The new building has three (semi) underground floors, a public zone of three floors and an upper volume with five floors. The parking, the bicycle parking and the technical areas are located in the underground parts. In the base both the counters of the city services and those of the OCMW can be found. Key principle of the multifunctional city counter room is openness, where experience is central. Youth, sport and culture are located one level higher, to ensure public flow to be slowed down somewhat, but not blocked. A final level within the public layer houses the mayor, the general manager and the aldermen with the cabinet staff. The public services and the offices above are separated from each other – or better: connected – by the cafeteria on the third floor, which, with the meeting accommodation surrounding the roof garden, literally and figuratively function as an open meeting place.

The restored barracks offer space for catering, offices, meeting rooms and the council and lecture hall and is connected to the new-build section via a parcel on the 2nd level.

Border between citizen – politics – civil service fades

Borders disappear

The roof garden serving as a link between various functions, the architecture of ‘t Scheep externalises the blurred border between politics and civil service. But the border with the citizen is also being wiped out, with an aim to ensure optimal accessibility. The latter manifests itself both inside the building – including the multifunctional reception room – and outside the building. The new town hall, the renovated barracks and the intervening square invite you to meet and interact. It is not without reason that the ground floor of the government guard barracks offer space to the restaurants. In general, the open and accessible atmosphere of a real citizens’ home is created. A warm and safe place for employees and visitors.

Interior

Simplicity and transparency

A striking, new feature of the new building is its honesty, the simplicity in material and structure also characterizing the inside. The main purpose of that austerity is openness, transparency and accessibility. A warm interior with earthy tones, such as wood, has therefore been chosen. Curved lines cause scattering, create variation in light and make the whole less tight. At the same time, the black curves create a certain alignment, such as the eyeliner. The three public levels are connected by an imposing staircase, which conveys the underlying philosophy of openness to the visitor. The fact that the staircase is designed as an exhibition staircase further emphasizes its connecting effect.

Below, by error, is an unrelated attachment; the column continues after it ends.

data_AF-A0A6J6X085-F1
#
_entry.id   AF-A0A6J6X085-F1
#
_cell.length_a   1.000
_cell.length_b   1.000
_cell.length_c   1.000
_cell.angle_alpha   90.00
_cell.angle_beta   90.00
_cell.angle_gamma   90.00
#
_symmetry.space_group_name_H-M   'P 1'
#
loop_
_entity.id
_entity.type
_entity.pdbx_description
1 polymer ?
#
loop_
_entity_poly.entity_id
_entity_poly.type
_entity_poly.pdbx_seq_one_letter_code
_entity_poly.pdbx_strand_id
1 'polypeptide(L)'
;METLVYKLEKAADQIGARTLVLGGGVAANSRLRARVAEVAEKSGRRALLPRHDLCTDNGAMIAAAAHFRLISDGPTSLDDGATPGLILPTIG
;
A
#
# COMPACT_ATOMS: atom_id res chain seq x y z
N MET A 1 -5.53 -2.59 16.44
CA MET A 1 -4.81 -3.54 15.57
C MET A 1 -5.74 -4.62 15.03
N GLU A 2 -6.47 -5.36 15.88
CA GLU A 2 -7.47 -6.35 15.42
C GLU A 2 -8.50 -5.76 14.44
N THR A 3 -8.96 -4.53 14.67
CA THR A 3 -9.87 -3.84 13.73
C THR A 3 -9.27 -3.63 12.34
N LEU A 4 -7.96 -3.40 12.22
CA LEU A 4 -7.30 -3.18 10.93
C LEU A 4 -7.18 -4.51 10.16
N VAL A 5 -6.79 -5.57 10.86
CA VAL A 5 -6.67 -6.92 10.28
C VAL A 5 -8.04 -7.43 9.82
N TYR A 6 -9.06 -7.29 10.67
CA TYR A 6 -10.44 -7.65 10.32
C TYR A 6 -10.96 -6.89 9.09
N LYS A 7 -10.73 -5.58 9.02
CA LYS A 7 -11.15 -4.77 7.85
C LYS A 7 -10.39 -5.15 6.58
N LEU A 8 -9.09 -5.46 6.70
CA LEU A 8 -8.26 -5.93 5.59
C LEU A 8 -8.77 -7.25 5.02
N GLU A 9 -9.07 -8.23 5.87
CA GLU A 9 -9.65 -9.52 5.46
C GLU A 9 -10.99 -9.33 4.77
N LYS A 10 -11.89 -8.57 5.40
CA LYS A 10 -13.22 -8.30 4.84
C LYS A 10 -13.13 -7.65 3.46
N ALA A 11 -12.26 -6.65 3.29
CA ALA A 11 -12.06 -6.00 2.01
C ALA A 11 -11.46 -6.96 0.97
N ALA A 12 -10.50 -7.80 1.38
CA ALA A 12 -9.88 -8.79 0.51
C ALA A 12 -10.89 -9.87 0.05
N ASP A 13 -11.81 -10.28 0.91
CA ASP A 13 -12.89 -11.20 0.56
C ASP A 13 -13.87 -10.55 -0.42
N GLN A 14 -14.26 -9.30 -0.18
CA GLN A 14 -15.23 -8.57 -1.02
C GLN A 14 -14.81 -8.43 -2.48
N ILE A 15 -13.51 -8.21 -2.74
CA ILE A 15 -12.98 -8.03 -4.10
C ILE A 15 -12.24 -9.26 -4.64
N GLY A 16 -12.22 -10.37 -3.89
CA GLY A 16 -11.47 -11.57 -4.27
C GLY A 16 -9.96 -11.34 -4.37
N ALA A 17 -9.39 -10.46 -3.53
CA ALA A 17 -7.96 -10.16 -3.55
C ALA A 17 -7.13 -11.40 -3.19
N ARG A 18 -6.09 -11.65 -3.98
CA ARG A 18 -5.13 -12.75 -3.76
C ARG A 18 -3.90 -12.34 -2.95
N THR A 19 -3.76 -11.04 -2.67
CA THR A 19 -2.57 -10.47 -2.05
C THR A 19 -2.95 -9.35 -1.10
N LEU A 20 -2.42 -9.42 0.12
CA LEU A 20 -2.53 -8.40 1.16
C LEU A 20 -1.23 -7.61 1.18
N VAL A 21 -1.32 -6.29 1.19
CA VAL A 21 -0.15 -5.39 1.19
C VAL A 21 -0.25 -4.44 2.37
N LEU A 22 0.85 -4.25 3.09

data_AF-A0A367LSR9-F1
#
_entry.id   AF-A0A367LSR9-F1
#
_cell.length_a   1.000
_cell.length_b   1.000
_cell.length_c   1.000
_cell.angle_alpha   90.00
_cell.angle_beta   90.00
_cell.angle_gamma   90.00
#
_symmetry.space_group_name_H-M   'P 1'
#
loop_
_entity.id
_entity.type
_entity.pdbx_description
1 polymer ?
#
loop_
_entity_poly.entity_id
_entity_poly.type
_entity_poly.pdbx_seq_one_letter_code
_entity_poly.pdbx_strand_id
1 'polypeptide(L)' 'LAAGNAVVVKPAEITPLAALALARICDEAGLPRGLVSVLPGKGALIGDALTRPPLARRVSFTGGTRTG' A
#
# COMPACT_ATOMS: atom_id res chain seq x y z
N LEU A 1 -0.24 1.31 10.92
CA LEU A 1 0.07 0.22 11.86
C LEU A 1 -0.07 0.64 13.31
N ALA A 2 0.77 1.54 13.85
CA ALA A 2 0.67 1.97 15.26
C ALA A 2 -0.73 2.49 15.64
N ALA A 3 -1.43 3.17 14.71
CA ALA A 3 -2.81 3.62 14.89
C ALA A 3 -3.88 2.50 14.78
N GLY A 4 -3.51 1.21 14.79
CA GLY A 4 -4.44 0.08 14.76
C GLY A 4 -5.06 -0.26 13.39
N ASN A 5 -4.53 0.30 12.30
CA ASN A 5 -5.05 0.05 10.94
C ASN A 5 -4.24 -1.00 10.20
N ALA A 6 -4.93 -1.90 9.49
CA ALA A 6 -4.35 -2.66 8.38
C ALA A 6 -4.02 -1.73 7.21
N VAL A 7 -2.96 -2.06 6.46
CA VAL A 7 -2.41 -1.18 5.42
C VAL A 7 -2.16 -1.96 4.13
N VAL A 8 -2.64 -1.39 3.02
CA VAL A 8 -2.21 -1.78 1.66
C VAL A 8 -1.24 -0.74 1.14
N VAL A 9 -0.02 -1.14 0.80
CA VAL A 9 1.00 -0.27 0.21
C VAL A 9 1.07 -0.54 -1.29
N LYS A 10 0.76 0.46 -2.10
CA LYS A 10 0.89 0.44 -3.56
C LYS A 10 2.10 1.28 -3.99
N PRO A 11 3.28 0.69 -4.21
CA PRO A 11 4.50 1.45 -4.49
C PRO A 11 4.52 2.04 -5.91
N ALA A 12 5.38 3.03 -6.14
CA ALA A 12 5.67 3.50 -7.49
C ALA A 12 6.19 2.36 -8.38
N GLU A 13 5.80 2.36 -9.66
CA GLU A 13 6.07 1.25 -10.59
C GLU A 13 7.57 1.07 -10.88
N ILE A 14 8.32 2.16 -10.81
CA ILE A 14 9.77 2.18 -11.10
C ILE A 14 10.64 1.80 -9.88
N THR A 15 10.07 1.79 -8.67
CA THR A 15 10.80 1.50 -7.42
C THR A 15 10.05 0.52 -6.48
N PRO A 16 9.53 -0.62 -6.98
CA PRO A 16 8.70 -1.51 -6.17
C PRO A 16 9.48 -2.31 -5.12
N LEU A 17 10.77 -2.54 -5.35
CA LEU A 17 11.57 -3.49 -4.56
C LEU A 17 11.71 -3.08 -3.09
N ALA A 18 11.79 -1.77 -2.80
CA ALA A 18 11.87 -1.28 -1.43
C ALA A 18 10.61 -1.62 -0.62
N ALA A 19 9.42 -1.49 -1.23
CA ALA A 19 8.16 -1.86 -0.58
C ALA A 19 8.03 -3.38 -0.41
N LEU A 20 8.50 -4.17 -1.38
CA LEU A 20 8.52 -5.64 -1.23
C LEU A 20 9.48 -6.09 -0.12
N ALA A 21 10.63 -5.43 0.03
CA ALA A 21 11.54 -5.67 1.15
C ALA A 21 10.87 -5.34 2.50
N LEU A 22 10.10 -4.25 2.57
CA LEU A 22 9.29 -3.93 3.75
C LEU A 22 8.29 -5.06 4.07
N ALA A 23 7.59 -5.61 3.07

A monumental charcoal drawing by Rinus van de Velde catches the eye in the central hall, based on the Cambrinus popular café in Hasselt. It establishes a direct relationship between the popular and the bourgeoisie, characteristic of a cross-section of society. Furthermore, the town hall will also be able to offer a platform for other and more local artists in the future.

New ways of working

The new town hall stands for the new way of working, the way of working of the future. Contact and transparency are key. Open spaces such as the reception area, and formal and informal meeting places such as the cafeteria with roof garden, go hand in hand with private cockpits for those looking for privacy.

The new working environment is inspiring and liberating, as a catalyst for the visionary ideas that breathe oxygen into the city. To guarantee sufficient discretion, much attention has been paid to acoustics. The story of collaboration has only just begun and the impetus has been given according to the new ways of working. The building is designed in such a flexible way, to make sure new work typologies can be inserted or adapted later.

Sustainability

Striking for a glass volume, the new building is almost energy neutral. To achieve this, particular attention was paid to making the glass structure possible. The techniques used are not spectacular, but efficient. Solar panels on the roof and the geothermal installation ensure the supply of renewable energy. The building has therefore achieved the BREEAM Excellent certificate.

A core feature of the new building is flexibility. Office spaces can easily be added or omitted, or get a completely different function. Therefore, the design not only responds to any future needs, but also provides the city services with the necessary lead time to quietly expand their operation at the new location.

However, sustainability is not only considered in terms of energy. Material choices were based on sustainability and recyclability. Wood and felt predominate and at the same time ensure pleasant acoustics.

The Hasselt town hall profiles itself as a combination of heritage and modern architecture that is fully integrated into the existing urban fabric. For this, a non-obvious spread between tradition and innovation was made. Boldly focused on the future but with respect for the past and the familiar.

Project in collaboration with Jaspers-Eyers Architects and Architectenbureau Michel Janssen


  • Location: Hasselt, Belgium
  • Program: New townhall Hasselt
  • Area: 24 000 m²
  • Year: 2013
  • Status: Completed
  • Link: http://www.stadhuis2018.be
  • Label: BEN-gebouw, BREEAM excellent